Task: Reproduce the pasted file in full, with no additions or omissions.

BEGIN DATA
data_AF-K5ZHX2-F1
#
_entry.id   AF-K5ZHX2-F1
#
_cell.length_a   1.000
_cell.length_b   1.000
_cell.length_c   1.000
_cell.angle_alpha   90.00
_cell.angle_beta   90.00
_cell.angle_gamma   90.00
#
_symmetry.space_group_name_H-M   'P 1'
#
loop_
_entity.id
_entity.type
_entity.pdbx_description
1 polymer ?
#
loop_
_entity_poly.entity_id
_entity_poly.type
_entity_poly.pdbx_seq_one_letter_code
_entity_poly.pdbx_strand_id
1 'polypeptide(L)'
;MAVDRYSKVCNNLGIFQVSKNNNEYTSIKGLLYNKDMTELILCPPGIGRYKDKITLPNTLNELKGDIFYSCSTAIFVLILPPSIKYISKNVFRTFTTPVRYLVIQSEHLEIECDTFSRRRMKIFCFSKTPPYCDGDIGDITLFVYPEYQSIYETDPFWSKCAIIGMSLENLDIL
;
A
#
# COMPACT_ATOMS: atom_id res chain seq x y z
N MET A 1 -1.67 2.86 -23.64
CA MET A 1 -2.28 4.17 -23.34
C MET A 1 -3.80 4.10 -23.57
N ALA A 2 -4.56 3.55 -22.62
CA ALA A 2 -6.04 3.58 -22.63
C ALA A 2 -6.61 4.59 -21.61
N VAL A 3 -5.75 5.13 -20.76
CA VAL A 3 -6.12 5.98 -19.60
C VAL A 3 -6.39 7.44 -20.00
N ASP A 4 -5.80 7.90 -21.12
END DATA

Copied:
data_AF-K5ZHX2-F1
#
_entry.id   AF-K5ZHX2-F1
#
_cell.length_a   1.000
_cell.length_b   1.000
_cell.length_c   1.000
_cell.angle_alpha   90.00
_cell.angle_beta   90.00
_cell.angle_gamma   90.00
#
_symmetry.space_group_name_H-M   'P 1'
#
loop_
_entity.id
_entity.type
_entity.pdbx_description
1 polymer ?
#
loop_
_entity_poly.entity_id
_entity_poly.type
_entity_poly.pdbx_seq_one_letter_code
_entity_poly.pdbx_strand_id
1 'polypeptide(L)'
;MAVDRYSKVCNNLGIFQVSKNNNEYTSIKGLLYNKDMTELILCPPGIGRYKDKITLPNTLNELKGDIFYSCSTAIFVLILPPSIKYISKNVFRTFTTPVRYLVIQSEHLEIECDTFSRRRMKIFCFSKTPPYCDGDIGDITLFVYPEYQSIYETDPFWSKCAIIGMSLENLDIL
;
A
#
# COMPACT_ATOMS: atom_id res chain seq x y z
N MET A 1 -1.67 2.86 -23.64
CA MET A 1 -2.28 4.17 -23.34
C MET A 1 -3.80 4.10 -23.57
N ALA A 2 -4.56 3.55 -22.62
CA ALA A 2 -6.04 3.58 -22.63
C ALA A 2 -6.61 4.59 -21.61
N VAL A 3 -5.75 5.13 -20.76
CA VAL A 3 -6.12 5.98 -19.60
C VAL A 3 -6.39 7.44 -20.00
N ASP A 4 -5.80 7.90 -21.12